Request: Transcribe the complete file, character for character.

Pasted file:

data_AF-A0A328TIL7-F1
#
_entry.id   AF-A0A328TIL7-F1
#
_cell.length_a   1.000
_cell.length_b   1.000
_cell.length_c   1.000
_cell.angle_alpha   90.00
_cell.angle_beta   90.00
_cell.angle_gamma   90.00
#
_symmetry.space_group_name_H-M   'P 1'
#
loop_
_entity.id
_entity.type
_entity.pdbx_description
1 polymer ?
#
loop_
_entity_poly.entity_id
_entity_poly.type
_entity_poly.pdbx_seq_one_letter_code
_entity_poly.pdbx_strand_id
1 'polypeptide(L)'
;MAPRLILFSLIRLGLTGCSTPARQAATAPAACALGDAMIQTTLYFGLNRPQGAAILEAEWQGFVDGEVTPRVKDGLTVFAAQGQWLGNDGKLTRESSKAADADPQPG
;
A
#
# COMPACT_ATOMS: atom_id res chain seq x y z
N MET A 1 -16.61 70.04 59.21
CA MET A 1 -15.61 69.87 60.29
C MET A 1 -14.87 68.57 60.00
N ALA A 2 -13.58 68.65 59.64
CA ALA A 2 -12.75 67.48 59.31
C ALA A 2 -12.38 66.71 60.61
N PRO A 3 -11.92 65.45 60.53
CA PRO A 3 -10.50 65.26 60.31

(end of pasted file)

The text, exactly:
data_AF-A0A328TIL7-F1
#
_entry.id   AF-A0A328TIL7-F1
#
_cell.length_a   1.000
_cell.length_b   1.000
_cell.length_c   1.000
_cell.angle_alpha   90.00
_cell.angle_beta   90.00
_cell.angle_gamma   90.00
#
_symmetry.space_group_name_H-M   'P 1'
#
loop_
_entity.id
_entity.type
_entity.pdbx_description
1 polymer ?
#
loop_
_entity_poly.entity_id
_entity_poly.type
_entity_poly.pdbx_seq_one_letter_code
_entity_poly.pdbx_strand_id
1 'polypeptide(L)'
;MAPRLILFSLIRLGLTGCSTPARQAATAPAACALGDAMIQTTLYFGLNRPQGAAILEAEWQGFVDGEVTPRVKDGLTVFAAQGQWLGNDGKLTRESSKAADADPQPG
;
A
#
# COMPACT_ATOMS: atom_id res chain seq x y z
N MET A 1 -16.61 70.04 59.21
CA MET A 1 -15.61 69.87 60.29
C MET A 1 -14.87 68.57 60.00
N ALA A 2 -13.58 68.65 59.64
CA ALA A 2 -12.75 67.48 59.31
C ALA A 2 -12.38 66.71 60.61
N PRO A 3 -11.92 65.45 60.53
CA PRO A 3 -10.50 65.26 60.31